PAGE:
Jenkins® is an open source automation server. With Jenkins, organizations can accelerate the software development process by automating it. Jenkins manages and controls software delivery processes throughout the entire lifecycle, including build, document, test, package, stage, deployment, static code analysis and much more.
You can set up Jenkins to watch for any code changes in places like SVN and GitHub, automatically do a build with tools like Ant and Maven, utilize container technology such as Docker and Kubernetes, initiate tests and then take actions like rolling back or rolling forward in production.
History: It All Started with Jenkins Continuous Integration
The Jenkins project was started in 2004 (originally called Hudson) by Kohsuke Kawaguchi, CTO at CloudBees, while he worked for Sun Microsystems. Kohsuke was a developer at Sun and got tired of incurring the wrath of his team every time his code broke the build. He created Jenkins CI as a way to perform continuous integration – that is, to test his code before he did an actual commit to the repository, to be sure all was well. Once his teammates saw what he was doing, they all wanted to use Jenkins. Kohsuke open sourced it, creating the Jenkins CI project, and soon Jenkins usage had spread around the world.
Jenkins Today: Evolved to Continuous Delivery
Originally developed by Kohsuke for continuous integration (CI), today Jenkins orchestrates the entire software delivery pipeline – enabling continuous delivery. For some organizations automation extends even further, to continuous deployment. Continuous delivery (CD), coupled with a DevOps culture, dramatically accelerates the delivery of software.
Jenkins is the most widely adopted solution for continuous delivery, thanks to its extensibility and a vibrant, active community. The Jenkins community offers more than 1,500 plugins that enable Jenkins to integrate with virtually any tool, including all of the best-of-breed solutions used throughout the continuous delivery process. Jenkins continues to grow as the dominate solution for software process automation, continuous integration and continuous delivery and, as of February 2018, there are more than 150,000 active installations and an estimated 1.5 million users around the world.
The Jenkins project is an independent open source community under the umbrella of a non-profit organization Software in the Public Interest, which owns the key project assets including the Jenkins trademark. The project has its own decision-making process and a governance board.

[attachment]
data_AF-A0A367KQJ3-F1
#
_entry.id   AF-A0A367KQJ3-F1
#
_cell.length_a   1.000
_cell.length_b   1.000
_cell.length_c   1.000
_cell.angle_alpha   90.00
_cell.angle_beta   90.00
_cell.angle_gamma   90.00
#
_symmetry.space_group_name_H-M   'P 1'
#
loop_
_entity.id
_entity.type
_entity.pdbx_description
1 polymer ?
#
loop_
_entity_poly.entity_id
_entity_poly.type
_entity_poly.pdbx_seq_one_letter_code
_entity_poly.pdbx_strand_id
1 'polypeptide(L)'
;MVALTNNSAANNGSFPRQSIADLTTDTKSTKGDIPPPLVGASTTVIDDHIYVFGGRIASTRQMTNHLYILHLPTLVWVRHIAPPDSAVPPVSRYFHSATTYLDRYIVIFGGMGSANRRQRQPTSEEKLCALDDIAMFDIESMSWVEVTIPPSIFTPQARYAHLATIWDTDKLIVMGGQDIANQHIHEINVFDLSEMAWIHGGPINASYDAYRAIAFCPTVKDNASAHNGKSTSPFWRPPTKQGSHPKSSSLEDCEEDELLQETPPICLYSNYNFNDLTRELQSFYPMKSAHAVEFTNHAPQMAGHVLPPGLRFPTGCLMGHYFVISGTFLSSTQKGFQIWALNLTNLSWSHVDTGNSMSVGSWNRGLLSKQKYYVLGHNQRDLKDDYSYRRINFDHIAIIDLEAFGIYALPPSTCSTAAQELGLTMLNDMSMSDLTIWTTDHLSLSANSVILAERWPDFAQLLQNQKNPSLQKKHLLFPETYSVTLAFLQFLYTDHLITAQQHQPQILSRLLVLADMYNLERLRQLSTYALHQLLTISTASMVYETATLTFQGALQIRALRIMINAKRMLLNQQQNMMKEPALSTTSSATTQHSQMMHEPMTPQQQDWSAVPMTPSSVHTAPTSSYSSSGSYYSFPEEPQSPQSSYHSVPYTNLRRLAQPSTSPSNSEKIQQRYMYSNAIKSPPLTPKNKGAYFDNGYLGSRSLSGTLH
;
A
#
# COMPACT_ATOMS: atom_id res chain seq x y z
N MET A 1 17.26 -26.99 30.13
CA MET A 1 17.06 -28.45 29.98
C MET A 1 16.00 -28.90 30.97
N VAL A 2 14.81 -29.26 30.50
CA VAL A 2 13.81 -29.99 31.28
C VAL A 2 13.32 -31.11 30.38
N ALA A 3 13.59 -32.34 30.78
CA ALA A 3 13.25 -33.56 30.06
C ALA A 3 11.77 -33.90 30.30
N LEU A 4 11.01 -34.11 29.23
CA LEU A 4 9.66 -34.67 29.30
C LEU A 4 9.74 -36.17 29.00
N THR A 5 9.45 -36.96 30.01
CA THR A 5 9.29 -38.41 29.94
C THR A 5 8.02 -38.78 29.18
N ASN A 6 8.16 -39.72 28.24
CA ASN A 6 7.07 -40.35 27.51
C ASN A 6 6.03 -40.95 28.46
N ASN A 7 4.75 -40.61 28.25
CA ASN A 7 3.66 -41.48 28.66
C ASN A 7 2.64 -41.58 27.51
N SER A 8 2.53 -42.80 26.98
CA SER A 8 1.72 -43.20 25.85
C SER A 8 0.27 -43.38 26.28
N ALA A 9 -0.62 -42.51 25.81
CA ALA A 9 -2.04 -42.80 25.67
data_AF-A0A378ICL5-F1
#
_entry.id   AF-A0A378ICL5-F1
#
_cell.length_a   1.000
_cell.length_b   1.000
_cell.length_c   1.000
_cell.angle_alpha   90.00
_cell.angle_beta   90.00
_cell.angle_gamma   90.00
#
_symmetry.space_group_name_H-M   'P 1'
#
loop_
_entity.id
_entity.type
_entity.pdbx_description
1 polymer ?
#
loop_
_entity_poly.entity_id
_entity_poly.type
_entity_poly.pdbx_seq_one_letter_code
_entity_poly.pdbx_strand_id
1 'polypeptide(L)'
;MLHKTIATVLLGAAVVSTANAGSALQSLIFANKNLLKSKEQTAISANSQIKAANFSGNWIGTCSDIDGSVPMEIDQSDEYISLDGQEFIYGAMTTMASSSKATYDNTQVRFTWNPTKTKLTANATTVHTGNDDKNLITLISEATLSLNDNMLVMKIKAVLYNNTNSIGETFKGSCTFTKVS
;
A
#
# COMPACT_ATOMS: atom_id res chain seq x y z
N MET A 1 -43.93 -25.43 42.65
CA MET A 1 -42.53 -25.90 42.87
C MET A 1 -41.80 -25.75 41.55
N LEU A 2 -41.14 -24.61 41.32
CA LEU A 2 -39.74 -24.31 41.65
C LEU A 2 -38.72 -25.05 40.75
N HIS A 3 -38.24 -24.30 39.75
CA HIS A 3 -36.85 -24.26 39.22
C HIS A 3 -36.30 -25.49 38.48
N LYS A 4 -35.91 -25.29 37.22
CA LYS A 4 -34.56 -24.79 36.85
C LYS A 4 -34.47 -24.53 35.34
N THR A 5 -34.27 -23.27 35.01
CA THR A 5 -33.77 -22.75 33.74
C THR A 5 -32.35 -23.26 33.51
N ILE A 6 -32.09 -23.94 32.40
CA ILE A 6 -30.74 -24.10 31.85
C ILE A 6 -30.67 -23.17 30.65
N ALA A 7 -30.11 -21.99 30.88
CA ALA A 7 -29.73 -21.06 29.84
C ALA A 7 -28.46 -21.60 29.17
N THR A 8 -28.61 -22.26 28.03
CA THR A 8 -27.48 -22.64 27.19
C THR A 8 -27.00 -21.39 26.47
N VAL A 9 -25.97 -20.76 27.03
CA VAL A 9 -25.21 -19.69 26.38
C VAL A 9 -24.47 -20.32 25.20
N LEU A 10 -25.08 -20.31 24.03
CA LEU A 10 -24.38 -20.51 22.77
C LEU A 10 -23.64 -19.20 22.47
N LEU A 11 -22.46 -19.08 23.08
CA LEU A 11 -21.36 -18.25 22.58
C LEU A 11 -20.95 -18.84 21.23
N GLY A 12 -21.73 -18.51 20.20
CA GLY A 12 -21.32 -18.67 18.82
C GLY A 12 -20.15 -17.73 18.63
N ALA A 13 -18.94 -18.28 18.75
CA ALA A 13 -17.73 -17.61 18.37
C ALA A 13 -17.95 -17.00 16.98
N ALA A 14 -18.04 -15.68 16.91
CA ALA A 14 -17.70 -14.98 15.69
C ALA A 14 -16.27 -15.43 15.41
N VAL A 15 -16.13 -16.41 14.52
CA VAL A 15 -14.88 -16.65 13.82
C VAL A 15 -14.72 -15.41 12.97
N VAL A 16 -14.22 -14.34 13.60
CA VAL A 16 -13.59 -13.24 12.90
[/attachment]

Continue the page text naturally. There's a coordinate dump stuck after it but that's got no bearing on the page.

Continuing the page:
CloudBees and the Jenkins Community
CloudBees is an active participant in the Jenkins community and plays a significant role in supporting the project. A number of key contributors to the Jenkins project are employed by CloudBees. In support of the community, CloudBees is the lead sponsor of Jenkins World, the annual user conference for the Jenkins community. Jenkins World enables the community to gather together, fosters a sense of community, allows users to learn from each other and supports community growth. CloudBees has also supported the growth of Jenkins Area Meetups (JAMs) around the world.
Engineers from the CloudBees support and product teams regularly contribute code to the Jenkins project, are active in Jenkins IRC channels and project meetings, and contribute to the Jenkins project mailing lists. Several of the key projects CloudBees has developed include Jenkins X, Blue Ocean and Jenkins 2. Additionally, all fixes made by CloudBees in the open source code are donated back to the project – which helps us all to enjoy ever-higher quality.
CloudBees also provides a monthly newsletter for the Jenkins community called Continuous Information. It is filled with community tips and tricks, articles, presentations, events occurring around the world and many other resources. Subscribe and have it delivered to your inbox every month.
Major Development Milestones in the Jenkins Project
The community never sits still. It is constantly innovating and improving Jenkins. Here are some of the major development milestones for the Jenkins project:
- Jenkins X – A guided, continuous integration / continuous delivery solution for modern cloud native applications with Jenkins on Kubernetes
- Learn more about Jenkins X in blog posts from James Strachan, project lead, and Kohsuke Kawaguchi, founder of the Jenkins project.
- Jenkins X project website
- Jenkins Essentials – a challenge from Kohsuke to the community to make Jenkins downloadable, installable and usable in five minutes.
- Blue Ocean graphical UX – An intuitive user experience for Jenkins which makes continuous delivery accessible to all users.
- Declarative Pipeline – A simple declarative syntax, for defining your delivery pipelines as code.
- Read the blog: Announcing General Availability of Declarative Pipeline
- Jenkins Pipeline – Pipeline as code, a powerful scripting language enabling you to create and manage your software delivery using development best practices.
- Technical Guide: Jenkins Pipeline with Plugins
- Whitepaper: Using the Pipeline Plugin to Accelerate Continuous Delivery
- Jenkins Minute video series: Check out the video series of short tutorials about using Jenkins Pipeline
- Blog post: Top 10 Best Practices for Jenkins Pipeline Plugin
- Jenkins community blog
- Community curated Jenkins resources
- Jenkins project Wiki pages
- Jenkins Subreddit
- Jenkins tutorial
- How to find the community
- Jenkins IRC
- Jenkins World – the annual conference for the Jenkins and DevOps community
- Jenkins World 2017 recordings
- Take a Jenkins training class
- Get certified – become a Certified Jenkins Engineer
- Follow the Jenkins project on Twitter
- Book: Jenkins: The Definitive Guide: Continuous Integration for the Masses
The registered trademark Jenkins® is used pursuant to a sublicense from the Jenkins project and Software in the Public Interest, Inc.